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Allysa’s Story


Indian birth parents should have the right to choose healthy guardians or adoptive parents for their children without concern for heritage.


At nine months old, Allysa was handed over to the Navajo Nation as she cried out ‘Da-da.’ Her birth mother, an unmarried, 21-year-old Navajo, wanted Rick and Cherry Pitts, a non-Native couple, to raise her child. The baby had been with the Pitts since birth because the birth mother could not support the baby and did not want her to grow up in Navajo poverty. As the baby reached out for her prospective adoptive parents and her birth mother, a tribal social worker put her in a van and sped away. Allysa’s Indian Child Welfare Act custody battle ensued when the tribe learned of the adoption and wanted a Navajo to raise the child. A Santa Cruz, Calif. judge ruled the tribe would keep the baby until a Navajo court decides on custody.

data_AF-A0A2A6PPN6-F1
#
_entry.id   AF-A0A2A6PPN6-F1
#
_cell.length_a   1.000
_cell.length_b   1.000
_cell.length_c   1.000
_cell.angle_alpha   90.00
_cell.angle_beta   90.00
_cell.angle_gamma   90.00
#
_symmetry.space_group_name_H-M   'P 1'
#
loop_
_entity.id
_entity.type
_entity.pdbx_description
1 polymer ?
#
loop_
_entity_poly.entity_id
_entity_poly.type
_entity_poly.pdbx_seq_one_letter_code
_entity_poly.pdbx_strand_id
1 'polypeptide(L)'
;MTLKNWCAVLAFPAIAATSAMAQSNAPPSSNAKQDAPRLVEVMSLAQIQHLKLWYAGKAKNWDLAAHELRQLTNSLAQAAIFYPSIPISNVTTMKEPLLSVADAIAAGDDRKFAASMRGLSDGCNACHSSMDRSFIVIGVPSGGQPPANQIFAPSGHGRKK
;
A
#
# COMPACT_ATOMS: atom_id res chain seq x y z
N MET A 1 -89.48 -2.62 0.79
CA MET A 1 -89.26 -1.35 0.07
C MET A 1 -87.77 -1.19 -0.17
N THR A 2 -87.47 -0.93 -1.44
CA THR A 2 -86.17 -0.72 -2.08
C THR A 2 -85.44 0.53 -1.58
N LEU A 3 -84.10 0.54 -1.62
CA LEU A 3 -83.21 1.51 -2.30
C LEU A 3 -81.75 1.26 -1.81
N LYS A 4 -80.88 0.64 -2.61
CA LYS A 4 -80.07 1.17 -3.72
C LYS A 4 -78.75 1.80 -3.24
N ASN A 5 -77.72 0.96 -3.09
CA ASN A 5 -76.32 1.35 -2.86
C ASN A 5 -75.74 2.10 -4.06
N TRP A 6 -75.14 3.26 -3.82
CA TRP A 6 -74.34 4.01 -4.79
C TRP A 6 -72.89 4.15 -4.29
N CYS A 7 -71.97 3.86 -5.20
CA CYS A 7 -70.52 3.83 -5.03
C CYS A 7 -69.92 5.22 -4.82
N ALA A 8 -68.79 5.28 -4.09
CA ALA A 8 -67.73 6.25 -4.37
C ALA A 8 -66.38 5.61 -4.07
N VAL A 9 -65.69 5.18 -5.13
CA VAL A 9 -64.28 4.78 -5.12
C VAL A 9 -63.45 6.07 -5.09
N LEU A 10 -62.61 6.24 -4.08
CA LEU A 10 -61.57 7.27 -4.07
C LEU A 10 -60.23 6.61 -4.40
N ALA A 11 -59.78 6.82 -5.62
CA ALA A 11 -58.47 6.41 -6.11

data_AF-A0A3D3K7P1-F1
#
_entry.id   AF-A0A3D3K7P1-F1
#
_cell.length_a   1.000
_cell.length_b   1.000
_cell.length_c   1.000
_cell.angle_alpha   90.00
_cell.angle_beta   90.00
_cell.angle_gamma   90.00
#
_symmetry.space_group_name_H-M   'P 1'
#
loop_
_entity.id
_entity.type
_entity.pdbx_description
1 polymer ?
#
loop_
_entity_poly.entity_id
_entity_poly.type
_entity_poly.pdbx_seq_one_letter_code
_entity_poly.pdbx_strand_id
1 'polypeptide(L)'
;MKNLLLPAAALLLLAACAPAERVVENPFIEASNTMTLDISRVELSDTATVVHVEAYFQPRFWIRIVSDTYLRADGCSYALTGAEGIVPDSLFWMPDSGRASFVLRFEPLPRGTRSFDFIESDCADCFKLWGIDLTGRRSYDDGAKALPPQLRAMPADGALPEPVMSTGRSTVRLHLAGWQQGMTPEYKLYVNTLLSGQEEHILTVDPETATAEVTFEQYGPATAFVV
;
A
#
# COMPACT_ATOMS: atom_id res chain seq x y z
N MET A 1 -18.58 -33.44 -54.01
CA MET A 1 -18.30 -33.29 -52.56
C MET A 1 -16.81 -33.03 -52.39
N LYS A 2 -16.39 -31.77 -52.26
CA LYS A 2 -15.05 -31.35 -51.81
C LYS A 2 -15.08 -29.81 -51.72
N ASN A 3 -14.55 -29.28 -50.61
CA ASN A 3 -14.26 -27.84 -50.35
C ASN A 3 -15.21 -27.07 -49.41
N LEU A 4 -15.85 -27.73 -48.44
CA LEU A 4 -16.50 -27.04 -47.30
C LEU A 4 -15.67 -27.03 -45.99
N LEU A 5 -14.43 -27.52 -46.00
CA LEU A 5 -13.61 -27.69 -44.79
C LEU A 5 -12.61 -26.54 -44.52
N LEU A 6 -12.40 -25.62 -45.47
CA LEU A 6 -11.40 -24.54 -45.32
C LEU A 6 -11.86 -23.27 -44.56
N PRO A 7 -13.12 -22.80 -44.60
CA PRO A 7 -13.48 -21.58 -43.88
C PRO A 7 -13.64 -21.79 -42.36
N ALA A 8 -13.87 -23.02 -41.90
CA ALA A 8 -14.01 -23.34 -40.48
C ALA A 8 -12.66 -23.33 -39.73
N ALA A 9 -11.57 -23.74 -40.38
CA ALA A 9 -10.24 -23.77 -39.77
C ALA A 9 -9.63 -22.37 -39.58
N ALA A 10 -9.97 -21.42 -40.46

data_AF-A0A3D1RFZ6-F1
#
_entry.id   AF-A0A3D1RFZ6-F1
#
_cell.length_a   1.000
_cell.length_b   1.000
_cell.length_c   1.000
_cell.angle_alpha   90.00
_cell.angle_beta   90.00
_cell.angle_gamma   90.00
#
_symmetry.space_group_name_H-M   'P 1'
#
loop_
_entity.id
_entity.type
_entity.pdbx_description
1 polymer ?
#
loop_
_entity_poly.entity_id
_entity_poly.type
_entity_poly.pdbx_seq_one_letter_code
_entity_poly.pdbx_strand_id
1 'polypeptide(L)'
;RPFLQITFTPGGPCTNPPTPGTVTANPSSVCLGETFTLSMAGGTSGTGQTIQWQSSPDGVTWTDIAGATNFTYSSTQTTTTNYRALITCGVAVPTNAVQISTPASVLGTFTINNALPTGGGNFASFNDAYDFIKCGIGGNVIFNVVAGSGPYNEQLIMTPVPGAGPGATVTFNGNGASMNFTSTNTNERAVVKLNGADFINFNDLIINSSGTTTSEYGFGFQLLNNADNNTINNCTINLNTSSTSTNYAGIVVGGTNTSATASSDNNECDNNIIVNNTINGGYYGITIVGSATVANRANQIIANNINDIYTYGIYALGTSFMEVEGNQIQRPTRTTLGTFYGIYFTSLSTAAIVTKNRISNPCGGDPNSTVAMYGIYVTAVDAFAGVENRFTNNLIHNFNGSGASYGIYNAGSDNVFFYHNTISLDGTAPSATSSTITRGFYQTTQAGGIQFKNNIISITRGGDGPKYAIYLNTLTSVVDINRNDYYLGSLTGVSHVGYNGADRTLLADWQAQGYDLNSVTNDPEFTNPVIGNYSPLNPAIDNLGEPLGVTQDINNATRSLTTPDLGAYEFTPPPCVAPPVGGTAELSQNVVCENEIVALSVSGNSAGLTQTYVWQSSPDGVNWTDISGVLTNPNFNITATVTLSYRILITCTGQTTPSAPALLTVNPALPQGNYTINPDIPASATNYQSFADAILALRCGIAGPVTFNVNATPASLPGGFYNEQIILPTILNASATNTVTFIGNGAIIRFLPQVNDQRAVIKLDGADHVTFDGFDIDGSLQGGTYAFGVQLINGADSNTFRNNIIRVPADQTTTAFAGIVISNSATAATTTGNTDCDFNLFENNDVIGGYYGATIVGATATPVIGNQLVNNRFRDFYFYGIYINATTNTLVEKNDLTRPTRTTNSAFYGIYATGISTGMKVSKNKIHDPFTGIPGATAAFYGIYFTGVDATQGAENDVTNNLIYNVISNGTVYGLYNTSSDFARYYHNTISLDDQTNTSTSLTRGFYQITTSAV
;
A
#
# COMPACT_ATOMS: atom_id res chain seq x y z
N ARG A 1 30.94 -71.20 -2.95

Read the full Associated Press article.

BABY ALLYSA UPDATE: A Washington Post article in 1988 reported that in the end all parties agreed and it was Allysa that won despite the strong arm of the Indian Child Welfare Act.

More News Coverage:
Navajo Medicine Man Prays Over Baby Girl Caught in Custody Fight